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Tuesday, November 10, 2020

N.L. Holmes on Royal Egyptian Society and the Future of Archaeology | | BookTrib

https://booktrib.com/2020/11/10/n-l-holmes-on-royal-egyptian-society-and-the-future-of-archaeology/

N.L. Holmes on Royal Egyptian Society and the Future of Archaeology



While most people's impression of ancient Egypt is usually limited to spring holiday viewings of The Ten Commandments or grade-school museum field trips, our fascination endures. Anyone who has ever wondered about what life was like among the pharaohs will delight in the Lord Hani Mysteries by N.L. Holmes. The historical series kicks off with Bird in a Snare, a rich and revealing introduction to the political intrigue of royal Egyptian society.

Authenticity shines in this unique choice for a murder mystery. That's no surprise — N.L. Holmes is the pen name of a professional archaeologist who has participated in excavations in Greece and Israel and taught ancient history and humanities at the university level for many years. 

The protagonist of Bird in a Snare is Hani, a scribe, emissary and self-anointed "minor functionary." He finds himself dispatched to a northern vassal state to perform a year-long murder investigation on behalf of the king, Amen-hotep III. Each of the suspects Hani considers offer both motive and alibi, and includes the commissioner, various nobles and even the king of Egypt's son and heir. Talk about a delicate situation!

Hani is a family man with little ambition other than to provide for his brood, but when the king dies and his only son is recruited by fanatical religious leaders, he finds himself torn by divided loyalties. Can he solve the mystery and protect those he loves? For more on the book, read our review here.

In this Q&A, Holmes tells us more about writing Bird in a Snare, and what makes ancient Egypt so fascinating even today.

Q: Why did you choose the reign of the Egyptian pharaoh Akhenaten as a setting for a mystery series?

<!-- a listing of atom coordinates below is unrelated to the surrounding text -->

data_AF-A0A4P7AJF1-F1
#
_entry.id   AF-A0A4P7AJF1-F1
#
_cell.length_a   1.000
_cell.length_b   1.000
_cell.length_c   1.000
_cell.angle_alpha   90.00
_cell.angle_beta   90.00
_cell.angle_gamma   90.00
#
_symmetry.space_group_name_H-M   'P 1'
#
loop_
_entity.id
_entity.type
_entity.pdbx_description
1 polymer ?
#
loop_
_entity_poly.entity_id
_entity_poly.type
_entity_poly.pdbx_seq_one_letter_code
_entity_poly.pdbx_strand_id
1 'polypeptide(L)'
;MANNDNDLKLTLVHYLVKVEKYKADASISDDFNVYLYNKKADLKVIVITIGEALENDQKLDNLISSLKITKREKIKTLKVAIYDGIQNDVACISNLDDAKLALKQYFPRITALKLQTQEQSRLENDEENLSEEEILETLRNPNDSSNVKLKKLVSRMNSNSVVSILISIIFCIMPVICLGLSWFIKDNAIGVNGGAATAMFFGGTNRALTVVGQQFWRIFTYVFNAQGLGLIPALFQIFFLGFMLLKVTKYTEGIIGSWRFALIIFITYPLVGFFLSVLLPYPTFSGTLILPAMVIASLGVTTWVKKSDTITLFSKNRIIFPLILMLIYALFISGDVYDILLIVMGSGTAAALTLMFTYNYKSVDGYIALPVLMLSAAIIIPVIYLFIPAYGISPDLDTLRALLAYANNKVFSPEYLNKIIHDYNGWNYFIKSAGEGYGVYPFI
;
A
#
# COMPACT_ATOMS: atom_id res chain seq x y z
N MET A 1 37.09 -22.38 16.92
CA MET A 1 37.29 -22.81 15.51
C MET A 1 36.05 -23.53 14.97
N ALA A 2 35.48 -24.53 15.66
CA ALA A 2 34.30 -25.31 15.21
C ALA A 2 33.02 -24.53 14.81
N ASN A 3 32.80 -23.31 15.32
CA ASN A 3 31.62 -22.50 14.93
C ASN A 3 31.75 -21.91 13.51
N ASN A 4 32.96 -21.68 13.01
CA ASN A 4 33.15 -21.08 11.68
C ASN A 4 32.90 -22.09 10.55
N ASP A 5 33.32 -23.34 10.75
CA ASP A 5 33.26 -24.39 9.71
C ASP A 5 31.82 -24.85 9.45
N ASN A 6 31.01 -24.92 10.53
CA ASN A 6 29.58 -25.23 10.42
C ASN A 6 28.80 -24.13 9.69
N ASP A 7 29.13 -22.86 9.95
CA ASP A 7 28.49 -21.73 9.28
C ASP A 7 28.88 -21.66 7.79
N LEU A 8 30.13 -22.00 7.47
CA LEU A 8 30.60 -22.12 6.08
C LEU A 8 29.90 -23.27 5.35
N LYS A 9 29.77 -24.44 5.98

A: It's a period of unimaginable changes and upheaval, which makes an exciting backdrop. And there are mysteries — in some cases we're not even sure who the rulers are, or how they're related, or even if they're male or female. That leaves a lot of wiggle space for a fiction writer. Plus, we have the Amarna Letters, a series of foreign correspondences in which the real Hani figures frequently. Ready-made adventures!

Q: Lord Hani is a really warm and touching character, especially in terms of his attachment to his family. How historically accurate is this? Is he an aberration, or does he embody the spirit of the age? 

A: The Egyptians were very devoted to their families. Children were loved, and families were often large. Women were far more respected there than in most ancient societies. Although it was patriarchal, women had equal rights under the law and entered many professions; they could be in charge of men or even be kings. That being said, there must have been people who were not good family men. Lord Ptah-mes's broken family is an example of the other end of the spectrum.

Q: Your characters seem incredibly alive, and I'm wondering about your process. As you write, do you focus more on plot or character?

A: I absolutely focus on character. The plot unrolls because the characters act in a certain way — because they're that kind of person. In the one novel where I ended up with a wholly failed plot, it was because I never had a grip on the characters. They were a little caricaturish, and so they couldn't lead me along. That one needs rewriting completely.

Q: Can you tell us about your wildest experience on an actual archeological dig? Did any of your real-life experiences inform this plot?

A: Wild experiences (ahem)? I guess hiking and hitchhiking all over the island of Crete, which gave me a sense of how laborious travel was in the old days. I once spent the night in the Kamares Cave on the top of Mt. Ida, which had been a Minoan sanctuary. But the only thing that really plays into the plot of any of the Lord Hani novels is a shipping vase we found that may have had orpiment in it. That's an arsenic crystal ground into a yellow pigment.

Q: What artifacts do you hope future archeologists will find from the historical era of your series, and what conclusions do you hope they'll draw from them?

A: I hope we find the tomb of Akhenaten, and more objects that clarify the murky succession. What little we know has been pieced together from small archaeological finds that mention regnal dates or something. Let's find a clear statement about whether Akhenaten and his father ruled jointly for a while. Or when the episode about a widow seeking a Hittite to marry took place, so we know which queen it was. There's so much to be learned.


About N.L. Holmes:

N.L. Holmes is the pen name of a professional archaeologist who received her doctorate from Bryn Mawr College. She has excavated in Greece and Israel, and taught ancient history and humanities at the university level for many years. She has always had a passion for books, and in childhood, she and her cousin (also a writer today) used to write stories for fun. She splits her time between Florida and northern France, where she gardens, weaves, plays the violin, dances and occasionally drives a jog-cart. And reads, of course.

--   Sent from my Linux system.

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